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One Man's Meat Paperback – June 1, 2003
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White had moved there with his wife and young son from New York, where he'd been writing for The New Yorker, and took up country living, turning his attention to the annual round of the seasons, farm work, the nearby seaside, and the company of independent rural people. Most of the essays in this collection were written and published monthly in Harpers from July 1938 to January 1943. In them, there is White's awareness of the ominous threat of fascism emerging in Europe, as well as the vulnerability that Americans felt as they found themselves facing prolonged armed conflict with powerful enemies. These were dark days, and they provide a constant undertone in these otherwise upbeat essays about rural and small-town life.
And they are upbeat, celebrating the pleasures and gentle ironies of daily life with a few side trips into the world beyond -- the birth of a lamb, paying taxes, farm dogs, hay fever, raising chickens, Sunday mornings, radio broadcasts, civil defense drills, a visit to Walden pond, a day at the World's Fair, and unrealistic Hollywood portrayals of the pastoral. There is also here his famous essay "Once More to the Lake."
In many ways, the world he writes about is gone forever. But it's a world whose spirit remains at the heart of the national identity -- participatory democracy, individualism, citizenship, self-discovery, and self-reliance.Read more ›
One Man's Meat, first published in 1942, is the companion volume to the Essays of E. B. White. Both books include his classic, Once More to the Lake, an essay about taking his own son to the lake that made such an impression on him when he was taken there by his own father. There is minimal overlap between the two books.
In 1940 he lamented the effects of the automobile on community life: "Everything in life is somewhere else, and you get there in a car." This book also includes the best thing I have ever read about poetry. Poems must be short, he said, because, "Poetry is intensity, and nothing is intense for long."
One of the things that struck me most in this group of essays was his statement about writers, since I am one. He wrote: "In a free country it is the duty of writers to pay no attention to duty." I love this man.
I could rant on for hours about the joy of reading this book, but it's better that you spend your time reading his work instead of mine.
(I recently overheard, or saw only in my peripheral vision, or almost read a comment by a professor of literature. "I would give anything," he said, "for the pleasure of reading 'Romeo and Juliet' again for the first time.")
That experience awaits you here. That experience and the companion experience that the sly, lively E.B. White is just behind you, just over your shoulder as you read. The words are that alive.
Listen to Mr. White contemplate as he attempts to complete a government questionnaire: "Under JOB FOR WHICH YOU ARE BEST FITTED I wrote "Editor and writer." Under JOB FOR WHICH YOU ARE NEXT BEST FITTED I wrote "Poultryman and farmer." But I realize . . .it is hard to tell about fitness. Physically I am better fitted for writing than for farming, because farming takes great strength and great endurance. Intellectually I am better fitted for farming than writing."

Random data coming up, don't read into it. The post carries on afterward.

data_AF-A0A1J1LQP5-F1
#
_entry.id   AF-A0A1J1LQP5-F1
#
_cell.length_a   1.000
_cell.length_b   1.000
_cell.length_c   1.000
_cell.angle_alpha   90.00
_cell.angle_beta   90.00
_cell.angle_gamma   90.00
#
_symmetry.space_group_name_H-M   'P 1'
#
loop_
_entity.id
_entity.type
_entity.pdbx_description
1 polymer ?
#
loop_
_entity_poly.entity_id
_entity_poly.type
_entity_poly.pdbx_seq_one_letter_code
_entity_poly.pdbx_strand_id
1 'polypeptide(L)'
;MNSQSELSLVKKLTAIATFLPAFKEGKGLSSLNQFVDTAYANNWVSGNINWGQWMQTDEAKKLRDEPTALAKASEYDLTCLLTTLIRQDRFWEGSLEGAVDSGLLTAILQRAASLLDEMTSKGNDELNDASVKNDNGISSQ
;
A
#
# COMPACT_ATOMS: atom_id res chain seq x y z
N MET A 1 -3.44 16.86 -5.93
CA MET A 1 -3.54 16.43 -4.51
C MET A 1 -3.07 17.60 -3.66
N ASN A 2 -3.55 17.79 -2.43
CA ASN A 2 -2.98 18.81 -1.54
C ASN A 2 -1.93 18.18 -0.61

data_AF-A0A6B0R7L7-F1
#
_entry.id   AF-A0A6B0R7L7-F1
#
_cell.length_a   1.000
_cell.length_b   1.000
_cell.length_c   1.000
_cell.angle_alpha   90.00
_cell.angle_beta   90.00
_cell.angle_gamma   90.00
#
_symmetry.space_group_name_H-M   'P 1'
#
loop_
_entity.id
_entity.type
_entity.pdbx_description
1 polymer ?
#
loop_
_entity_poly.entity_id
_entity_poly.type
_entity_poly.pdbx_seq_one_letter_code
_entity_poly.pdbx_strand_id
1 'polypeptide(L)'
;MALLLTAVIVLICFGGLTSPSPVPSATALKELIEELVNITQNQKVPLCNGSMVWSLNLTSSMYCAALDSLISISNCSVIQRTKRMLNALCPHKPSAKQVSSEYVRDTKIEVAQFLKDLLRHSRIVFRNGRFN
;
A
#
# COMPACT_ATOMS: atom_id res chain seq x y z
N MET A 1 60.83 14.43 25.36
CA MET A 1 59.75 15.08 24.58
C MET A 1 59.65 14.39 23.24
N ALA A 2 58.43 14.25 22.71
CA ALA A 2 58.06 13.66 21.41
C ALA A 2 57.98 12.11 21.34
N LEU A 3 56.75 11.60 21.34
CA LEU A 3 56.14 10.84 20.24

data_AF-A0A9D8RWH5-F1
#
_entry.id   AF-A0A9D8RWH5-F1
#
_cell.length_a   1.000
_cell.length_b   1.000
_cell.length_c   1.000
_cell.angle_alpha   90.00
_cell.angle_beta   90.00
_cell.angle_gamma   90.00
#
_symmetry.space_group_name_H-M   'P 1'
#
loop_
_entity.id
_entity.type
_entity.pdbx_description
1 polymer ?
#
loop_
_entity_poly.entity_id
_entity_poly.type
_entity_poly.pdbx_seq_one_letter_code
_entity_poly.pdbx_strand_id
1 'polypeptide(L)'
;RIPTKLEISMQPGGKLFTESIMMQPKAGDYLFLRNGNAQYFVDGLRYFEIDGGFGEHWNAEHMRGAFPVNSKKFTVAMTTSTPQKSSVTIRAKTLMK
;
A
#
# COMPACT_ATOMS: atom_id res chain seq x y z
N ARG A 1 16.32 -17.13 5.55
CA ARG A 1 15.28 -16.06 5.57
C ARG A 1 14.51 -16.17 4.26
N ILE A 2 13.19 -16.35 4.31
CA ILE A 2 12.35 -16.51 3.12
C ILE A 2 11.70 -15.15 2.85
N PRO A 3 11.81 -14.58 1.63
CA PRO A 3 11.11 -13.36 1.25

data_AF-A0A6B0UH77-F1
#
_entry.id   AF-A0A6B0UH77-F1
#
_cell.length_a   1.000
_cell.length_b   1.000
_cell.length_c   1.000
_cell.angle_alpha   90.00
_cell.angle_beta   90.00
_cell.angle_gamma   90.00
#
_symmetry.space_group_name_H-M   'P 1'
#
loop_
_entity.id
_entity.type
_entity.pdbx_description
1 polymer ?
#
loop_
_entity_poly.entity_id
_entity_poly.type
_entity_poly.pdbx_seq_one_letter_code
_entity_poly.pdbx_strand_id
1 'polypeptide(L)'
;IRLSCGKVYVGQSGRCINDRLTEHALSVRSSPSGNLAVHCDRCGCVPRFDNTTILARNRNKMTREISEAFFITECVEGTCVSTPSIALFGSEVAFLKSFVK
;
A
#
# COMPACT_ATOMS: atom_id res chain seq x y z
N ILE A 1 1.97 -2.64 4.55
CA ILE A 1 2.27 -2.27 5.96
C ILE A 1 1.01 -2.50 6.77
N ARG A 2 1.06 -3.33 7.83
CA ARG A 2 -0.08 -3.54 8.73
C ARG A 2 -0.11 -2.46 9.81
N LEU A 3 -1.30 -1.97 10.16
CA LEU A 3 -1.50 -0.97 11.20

That, for me, was the best of many extraordinary lines in one of many exceptional paragraphs in one of many excellent essays.
I have a habit of dog-earring pages of books where I feel wisdom is revealed. No book I have read in the last few years has as many pages folded over as this book of essays.
Read. Enjoy. Have that wonderful first experience. Allow in this avuncular Yankee; he will live in you forever more.
Most Recent Customer Reviews
I read his stories to my children when they were little, and we all loved them, but this is my first look at his essays. Read morePublished 2 months ago by L J
I already knew it was a great book -- It arrived pretty wrinkled, I am sorry to say.Published 6 months ago by kathy hall
After reading THE ESSAYS OF E.B. WHITE, I had to purchase this other collection of White's essays, written between 1938 and 1943, after White and his family pulled up stakes from... Read morePublished 6 months ago by L. M Young
It has been years since I have read this. He writes so exactly well about the people who live here, with very small infusion of himself and his family. Very small. Very Maine. Read morePublished 6 months ago by Amazon Customer
E.B. White is one of my favorite authors! A friend loaned me this book and I liked it so much I had to buy a copy.Published 7 months ago by Gunnar J Gundersen
Great writing. I don't really care for short stories and this is a collection of his newspaper columns, but they are all entertaining.Published 8 months ago by Caren Minzy
This is the third time I've read this book. I keep giving copies away to friends who ask me what it is like to live in Maine, I'll never tire of reading his many insights into... Read morePublished 18 months ago by Richard E. Kuhn